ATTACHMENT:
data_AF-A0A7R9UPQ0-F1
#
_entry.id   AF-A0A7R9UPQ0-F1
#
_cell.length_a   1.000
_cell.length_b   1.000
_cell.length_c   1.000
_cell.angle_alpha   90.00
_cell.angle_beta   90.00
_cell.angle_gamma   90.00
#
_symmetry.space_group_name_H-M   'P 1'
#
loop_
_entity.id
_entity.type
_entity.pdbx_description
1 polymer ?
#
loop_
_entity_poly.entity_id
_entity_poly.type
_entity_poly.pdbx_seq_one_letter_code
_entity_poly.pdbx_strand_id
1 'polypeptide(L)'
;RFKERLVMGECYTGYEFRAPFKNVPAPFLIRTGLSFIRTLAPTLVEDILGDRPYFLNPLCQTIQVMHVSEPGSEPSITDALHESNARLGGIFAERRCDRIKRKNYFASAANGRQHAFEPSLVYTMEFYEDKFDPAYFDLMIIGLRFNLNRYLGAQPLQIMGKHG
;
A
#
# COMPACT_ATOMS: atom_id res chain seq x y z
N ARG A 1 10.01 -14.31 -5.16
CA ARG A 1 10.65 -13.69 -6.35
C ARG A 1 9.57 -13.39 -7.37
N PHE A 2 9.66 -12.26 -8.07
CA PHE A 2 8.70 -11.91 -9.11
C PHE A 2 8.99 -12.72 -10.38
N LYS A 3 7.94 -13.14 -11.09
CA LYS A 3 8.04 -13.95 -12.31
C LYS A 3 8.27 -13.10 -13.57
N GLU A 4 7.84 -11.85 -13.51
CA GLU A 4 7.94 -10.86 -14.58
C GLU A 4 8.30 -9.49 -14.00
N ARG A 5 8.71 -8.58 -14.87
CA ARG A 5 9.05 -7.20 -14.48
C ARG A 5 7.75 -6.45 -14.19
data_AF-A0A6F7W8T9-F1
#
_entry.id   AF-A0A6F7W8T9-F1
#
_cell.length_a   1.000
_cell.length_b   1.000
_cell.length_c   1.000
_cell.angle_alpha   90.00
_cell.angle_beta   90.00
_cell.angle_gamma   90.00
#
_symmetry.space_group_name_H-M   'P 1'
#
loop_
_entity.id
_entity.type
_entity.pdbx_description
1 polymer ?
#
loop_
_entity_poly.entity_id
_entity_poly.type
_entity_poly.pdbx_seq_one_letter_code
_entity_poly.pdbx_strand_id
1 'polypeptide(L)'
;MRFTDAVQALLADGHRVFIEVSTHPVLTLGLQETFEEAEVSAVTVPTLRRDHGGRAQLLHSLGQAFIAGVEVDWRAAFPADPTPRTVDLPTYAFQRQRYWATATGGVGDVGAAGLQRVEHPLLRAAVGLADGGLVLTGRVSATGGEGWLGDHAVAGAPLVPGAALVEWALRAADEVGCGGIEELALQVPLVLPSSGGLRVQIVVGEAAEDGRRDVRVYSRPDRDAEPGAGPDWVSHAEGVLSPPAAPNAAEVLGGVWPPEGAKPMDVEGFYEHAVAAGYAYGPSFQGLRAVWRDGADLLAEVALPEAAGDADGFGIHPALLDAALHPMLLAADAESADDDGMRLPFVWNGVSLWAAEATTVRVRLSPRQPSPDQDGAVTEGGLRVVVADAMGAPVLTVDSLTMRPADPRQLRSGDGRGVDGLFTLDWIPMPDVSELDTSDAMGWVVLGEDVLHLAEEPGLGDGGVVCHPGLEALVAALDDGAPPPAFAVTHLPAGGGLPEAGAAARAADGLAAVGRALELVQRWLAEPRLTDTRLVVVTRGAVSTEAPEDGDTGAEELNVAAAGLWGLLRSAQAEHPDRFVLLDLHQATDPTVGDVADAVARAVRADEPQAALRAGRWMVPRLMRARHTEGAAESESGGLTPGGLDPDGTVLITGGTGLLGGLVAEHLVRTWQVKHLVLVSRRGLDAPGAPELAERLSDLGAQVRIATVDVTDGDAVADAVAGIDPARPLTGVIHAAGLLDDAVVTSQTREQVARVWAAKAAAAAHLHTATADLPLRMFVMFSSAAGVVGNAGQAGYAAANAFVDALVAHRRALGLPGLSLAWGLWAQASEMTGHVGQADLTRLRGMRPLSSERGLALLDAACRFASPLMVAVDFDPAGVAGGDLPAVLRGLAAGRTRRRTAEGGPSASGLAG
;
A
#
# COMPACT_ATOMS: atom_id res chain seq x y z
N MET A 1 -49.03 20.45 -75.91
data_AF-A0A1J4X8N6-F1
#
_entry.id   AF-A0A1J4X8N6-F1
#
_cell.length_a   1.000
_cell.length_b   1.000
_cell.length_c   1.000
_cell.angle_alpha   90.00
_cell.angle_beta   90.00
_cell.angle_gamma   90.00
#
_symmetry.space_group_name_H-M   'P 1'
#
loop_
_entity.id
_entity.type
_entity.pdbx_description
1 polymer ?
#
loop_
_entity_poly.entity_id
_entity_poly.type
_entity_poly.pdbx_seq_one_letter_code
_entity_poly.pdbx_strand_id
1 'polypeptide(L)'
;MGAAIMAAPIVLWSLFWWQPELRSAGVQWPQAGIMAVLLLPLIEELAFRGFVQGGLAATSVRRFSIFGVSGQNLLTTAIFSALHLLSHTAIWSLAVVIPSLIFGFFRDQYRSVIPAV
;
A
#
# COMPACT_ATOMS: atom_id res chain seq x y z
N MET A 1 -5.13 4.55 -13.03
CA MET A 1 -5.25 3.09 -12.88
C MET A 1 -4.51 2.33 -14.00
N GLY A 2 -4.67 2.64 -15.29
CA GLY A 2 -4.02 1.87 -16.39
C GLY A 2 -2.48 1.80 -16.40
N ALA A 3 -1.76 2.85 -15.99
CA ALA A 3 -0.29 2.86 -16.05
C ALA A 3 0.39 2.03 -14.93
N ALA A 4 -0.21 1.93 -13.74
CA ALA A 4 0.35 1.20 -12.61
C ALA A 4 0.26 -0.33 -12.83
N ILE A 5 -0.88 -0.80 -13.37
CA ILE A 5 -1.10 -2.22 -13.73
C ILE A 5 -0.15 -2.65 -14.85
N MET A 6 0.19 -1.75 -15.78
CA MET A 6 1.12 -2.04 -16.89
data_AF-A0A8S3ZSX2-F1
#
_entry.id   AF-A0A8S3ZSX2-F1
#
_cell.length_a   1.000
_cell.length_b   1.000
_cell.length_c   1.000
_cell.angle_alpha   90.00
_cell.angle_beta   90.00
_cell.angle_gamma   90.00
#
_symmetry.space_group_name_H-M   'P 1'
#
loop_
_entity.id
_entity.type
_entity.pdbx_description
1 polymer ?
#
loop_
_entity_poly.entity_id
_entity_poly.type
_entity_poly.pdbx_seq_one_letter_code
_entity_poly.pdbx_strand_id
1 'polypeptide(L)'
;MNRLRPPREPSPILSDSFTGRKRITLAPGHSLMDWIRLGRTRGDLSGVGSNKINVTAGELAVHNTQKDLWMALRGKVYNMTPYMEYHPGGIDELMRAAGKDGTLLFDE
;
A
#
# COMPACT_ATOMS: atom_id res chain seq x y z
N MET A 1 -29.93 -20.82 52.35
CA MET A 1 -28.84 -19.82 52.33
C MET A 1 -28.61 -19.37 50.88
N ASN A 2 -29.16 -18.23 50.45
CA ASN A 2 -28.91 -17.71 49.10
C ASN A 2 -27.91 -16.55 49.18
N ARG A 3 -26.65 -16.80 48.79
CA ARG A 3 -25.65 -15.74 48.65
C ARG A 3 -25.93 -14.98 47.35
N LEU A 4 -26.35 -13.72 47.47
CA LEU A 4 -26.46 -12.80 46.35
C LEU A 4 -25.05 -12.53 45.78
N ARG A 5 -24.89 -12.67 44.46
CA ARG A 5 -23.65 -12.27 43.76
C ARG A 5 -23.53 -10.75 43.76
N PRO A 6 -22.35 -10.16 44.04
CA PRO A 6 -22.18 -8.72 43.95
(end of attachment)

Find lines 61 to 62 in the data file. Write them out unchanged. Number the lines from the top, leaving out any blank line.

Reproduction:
_entity.type
_entity.pdbx_description